According to the Office of the Administration for Children & Families, in 2018 there were approximately 437,283 children in foster care. While about a third of those children were placed in the home of a relative, nearly half were in nonrelative foster family homes. While 43% of the children who were in foster care in 2018 were in the system for less than a year, only about half of the children in the foster care system have a case goal of reunification with their parents. More children entered foster care during the 2018 fiscal year than exited it.
Children in foster care can live in a variety of different environments. For fiscal year 2018, 46% were in nonrelative foster family homes, 32% were in homes with relatives, 6% were in institutions, 5% were on trial home visits (where the child returns home on a trial basis, supervised by the State), 4% were placed in group homes, 4% were placed in pre-adoptive homes, 2% were living independently with supervision, and 1% had run away.
With over 400,000 children in foster care, demand for foster parents is always high. Approximately 30,000 foster children “age out” of the foster care system each year without reuniting with their families or being adopted. This has serious consequences, as these children often have no savings or job prospects when they turn 18 and are released into the world. Finding an adoptive family, or a “forever home” before graduating high school is very important for foster children who, for whatever reason, cannot reunify with their parents.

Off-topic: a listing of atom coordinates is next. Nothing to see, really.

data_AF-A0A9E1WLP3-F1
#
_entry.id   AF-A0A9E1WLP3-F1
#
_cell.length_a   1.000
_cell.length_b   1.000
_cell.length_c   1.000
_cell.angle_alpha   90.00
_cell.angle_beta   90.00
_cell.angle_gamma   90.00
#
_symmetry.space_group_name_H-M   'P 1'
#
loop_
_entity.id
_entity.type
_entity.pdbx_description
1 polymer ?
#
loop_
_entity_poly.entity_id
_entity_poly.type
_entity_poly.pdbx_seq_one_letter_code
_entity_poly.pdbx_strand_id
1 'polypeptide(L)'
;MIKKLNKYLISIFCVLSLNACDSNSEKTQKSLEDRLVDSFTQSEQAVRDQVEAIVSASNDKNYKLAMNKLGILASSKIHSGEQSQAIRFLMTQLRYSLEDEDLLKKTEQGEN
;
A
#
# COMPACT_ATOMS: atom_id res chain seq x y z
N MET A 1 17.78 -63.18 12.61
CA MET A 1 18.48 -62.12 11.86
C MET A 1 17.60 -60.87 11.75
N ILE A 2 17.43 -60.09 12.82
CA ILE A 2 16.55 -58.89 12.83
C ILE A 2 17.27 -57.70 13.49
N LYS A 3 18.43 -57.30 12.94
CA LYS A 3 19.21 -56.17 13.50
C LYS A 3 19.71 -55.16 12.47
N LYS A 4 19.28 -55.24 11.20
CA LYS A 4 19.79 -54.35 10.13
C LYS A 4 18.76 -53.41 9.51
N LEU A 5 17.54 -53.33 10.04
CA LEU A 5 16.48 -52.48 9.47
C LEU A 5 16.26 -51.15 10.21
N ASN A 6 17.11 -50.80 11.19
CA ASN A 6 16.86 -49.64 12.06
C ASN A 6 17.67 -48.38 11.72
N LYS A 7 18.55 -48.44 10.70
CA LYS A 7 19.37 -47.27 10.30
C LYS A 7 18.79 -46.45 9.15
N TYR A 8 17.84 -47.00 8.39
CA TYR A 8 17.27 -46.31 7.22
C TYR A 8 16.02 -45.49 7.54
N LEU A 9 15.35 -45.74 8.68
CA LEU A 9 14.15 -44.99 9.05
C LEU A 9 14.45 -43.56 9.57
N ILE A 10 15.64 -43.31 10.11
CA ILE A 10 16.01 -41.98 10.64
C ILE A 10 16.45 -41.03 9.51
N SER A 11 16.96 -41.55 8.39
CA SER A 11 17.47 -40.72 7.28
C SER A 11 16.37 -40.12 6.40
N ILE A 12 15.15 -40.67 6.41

In Philadelphia, an organization called Catholic Social Services was contracted with the City to place foster children in foster homes. Their contract was frozen by the City, however, after the City learned that the agency was refusing to place foster children with same-sex couples, which they claim is in violation of Philadelphia’s nondiscrimination ordinance.
Catholic Social Services then sued the City, claiming its religious freedom had been violated. A U.S. District Court Judge found that the city could require foster care agencies to adhere to nondiscrimination policies. The district court found that Philadelphia’s Department of Human Services had a legitimate interest in ensuring “that the pool of foster parents and resource caregivers is as diverse and broad as the children in need of foster parents.” The case then went up to the U.S. Court of Appeals for the Third Circuit, which affirmed the district court’s decision.